Thursday, February 18, 2016

Schumer seeks funding for lead projects

Posted By on Thu, Feb 18, 2016 at 12:47 PM

Removing lead paint from old homes is expensive, and Senator Chuck Schumer is pushing for the federal government to provide more financial aid for homeowners who take on the task.

Schumer and Rhode Island Senator Sheldon Whitehouse will introduce a bill this week that would provide a $3,000 tax credit for homeowners who remove hazards including lead pipes, lead paint, and windows or fixtures contaminated by lead paint. The legislation would also provide a $1,000 credit for specialized cleaning or replacement work. The credits would be available to owner-occupants as well as landlords.

Schumer is also pushing federal officials to increase funding for the Department of Housing and Urban Development’s Lead Hazard Control and Healthy Homes programs. Monroe County and the City of Rochester receive funding through the programs, which are targeted at fixing up lead hazards in low-income housing. President Barack Obama’s current budget proposal provides $110 million for the programs, but Schumer wants the amount boosted to $230 million.

Monroe County is currently using the lead hazard program funding to fix up 270 housing units and the City of Rochester is using its funding to tackle an additional 235 units, according to Schumer’s office. The projects are covered under a three-year commitment from the federal government.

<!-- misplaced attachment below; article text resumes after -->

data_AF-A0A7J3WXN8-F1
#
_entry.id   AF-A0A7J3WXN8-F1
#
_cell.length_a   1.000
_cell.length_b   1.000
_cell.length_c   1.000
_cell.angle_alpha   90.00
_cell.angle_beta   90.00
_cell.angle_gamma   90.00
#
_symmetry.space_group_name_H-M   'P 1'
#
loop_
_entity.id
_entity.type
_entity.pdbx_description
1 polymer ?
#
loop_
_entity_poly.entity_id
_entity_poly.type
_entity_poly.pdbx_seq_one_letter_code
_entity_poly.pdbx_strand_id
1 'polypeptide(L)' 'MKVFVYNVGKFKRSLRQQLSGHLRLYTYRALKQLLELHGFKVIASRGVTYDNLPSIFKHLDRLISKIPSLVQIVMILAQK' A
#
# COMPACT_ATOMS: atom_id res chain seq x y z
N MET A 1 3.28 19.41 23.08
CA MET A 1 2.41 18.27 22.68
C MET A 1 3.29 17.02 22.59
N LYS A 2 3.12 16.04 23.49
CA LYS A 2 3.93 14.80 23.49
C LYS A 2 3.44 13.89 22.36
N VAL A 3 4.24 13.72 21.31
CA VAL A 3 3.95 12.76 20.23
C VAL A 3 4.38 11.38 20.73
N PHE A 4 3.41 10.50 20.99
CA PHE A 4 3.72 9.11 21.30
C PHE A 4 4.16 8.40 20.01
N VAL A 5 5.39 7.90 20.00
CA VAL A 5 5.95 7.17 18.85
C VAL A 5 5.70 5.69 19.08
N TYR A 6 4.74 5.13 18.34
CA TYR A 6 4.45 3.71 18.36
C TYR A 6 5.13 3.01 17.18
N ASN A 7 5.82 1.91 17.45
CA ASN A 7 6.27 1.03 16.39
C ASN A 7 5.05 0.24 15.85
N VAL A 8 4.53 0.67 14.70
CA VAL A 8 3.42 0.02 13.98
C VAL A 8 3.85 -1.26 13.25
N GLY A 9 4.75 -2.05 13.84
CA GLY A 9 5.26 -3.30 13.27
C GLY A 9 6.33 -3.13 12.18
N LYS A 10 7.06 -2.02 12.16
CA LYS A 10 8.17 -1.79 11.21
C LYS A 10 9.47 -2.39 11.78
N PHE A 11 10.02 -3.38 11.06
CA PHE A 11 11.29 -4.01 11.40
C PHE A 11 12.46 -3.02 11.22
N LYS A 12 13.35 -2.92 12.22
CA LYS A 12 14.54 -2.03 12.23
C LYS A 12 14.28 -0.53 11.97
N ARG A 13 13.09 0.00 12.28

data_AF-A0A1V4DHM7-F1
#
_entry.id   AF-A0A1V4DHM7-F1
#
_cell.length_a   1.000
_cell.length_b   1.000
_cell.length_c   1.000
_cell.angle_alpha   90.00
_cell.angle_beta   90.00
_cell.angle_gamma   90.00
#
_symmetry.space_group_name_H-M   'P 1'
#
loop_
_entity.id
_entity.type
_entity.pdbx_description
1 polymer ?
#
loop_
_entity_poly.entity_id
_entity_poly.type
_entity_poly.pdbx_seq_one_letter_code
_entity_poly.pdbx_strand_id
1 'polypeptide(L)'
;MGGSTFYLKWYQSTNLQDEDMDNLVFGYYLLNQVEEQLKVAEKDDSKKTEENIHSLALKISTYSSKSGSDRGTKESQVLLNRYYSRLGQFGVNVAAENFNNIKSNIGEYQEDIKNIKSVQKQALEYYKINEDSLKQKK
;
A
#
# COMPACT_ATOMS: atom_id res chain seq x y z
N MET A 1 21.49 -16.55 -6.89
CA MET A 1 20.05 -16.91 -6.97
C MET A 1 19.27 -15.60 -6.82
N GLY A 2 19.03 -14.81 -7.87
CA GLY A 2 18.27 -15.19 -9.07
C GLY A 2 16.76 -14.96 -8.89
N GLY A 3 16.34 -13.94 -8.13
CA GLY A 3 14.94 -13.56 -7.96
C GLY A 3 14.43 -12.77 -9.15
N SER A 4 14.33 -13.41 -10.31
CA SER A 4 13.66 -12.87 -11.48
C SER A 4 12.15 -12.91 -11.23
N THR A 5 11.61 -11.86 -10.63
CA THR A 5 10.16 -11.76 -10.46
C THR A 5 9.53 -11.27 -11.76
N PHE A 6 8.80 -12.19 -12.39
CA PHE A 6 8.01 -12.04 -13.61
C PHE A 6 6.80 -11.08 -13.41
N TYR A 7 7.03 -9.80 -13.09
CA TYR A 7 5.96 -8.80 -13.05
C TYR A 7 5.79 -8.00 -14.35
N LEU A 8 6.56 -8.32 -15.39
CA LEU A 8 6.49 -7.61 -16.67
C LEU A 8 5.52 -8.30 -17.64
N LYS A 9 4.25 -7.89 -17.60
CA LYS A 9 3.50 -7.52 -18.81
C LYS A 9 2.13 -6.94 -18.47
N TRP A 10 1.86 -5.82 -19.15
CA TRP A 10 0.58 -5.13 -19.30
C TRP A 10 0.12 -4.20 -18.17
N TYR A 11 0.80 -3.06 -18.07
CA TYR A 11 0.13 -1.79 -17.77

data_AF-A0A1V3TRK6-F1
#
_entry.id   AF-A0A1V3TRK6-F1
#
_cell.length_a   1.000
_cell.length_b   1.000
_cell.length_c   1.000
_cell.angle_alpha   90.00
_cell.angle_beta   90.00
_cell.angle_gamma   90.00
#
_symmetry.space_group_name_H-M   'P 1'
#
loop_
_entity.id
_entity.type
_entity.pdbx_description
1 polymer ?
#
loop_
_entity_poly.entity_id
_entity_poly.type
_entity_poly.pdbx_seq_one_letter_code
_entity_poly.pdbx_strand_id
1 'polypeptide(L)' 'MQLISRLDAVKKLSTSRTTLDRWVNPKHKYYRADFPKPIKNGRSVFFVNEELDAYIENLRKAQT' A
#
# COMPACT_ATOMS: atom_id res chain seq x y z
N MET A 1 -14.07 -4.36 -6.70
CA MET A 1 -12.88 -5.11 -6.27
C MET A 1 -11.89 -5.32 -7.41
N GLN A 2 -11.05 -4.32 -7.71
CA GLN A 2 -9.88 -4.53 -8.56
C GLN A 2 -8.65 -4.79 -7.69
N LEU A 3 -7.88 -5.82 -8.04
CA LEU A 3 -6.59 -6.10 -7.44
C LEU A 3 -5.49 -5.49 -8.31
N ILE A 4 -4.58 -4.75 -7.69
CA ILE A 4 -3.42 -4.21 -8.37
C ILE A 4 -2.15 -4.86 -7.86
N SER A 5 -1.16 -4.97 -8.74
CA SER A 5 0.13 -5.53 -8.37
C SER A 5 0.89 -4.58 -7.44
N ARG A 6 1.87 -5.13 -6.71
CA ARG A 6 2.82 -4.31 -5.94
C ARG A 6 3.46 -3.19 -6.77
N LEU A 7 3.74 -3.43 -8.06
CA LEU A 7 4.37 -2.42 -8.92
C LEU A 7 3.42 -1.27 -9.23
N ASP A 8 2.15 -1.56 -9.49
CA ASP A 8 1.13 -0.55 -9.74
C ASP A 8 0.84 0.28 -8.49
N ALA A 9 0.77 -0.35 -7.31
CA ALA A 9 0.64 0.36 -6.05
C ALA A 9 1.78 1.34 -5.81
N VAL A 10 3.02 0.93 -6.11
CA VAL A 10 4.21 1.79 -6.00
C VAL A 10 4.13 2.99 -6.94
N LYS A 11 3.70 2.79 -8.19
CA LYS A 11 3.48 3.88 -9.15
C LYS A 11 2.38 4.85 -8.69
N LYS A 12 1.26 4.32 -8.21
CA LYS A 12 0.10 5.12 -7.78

The number of Monroe County children with elevated blood-lead levels has decreased over the past decade. That’s due in large part to city and county efforts to inspect and remediate rental properties in key zip codes, where many of the houses were built before lead paint was banned and where many of the renters are low-income.

More than 14,500 local children were screened for lead in 2014, and 609 of them were found to have elevated levels, according to the Monroe County Health Department. By comparison, 900 children were found to have elevated levels in 2004, when 13,746 kids were tested and the county used a weaker threshold to identify children exposed to lead.

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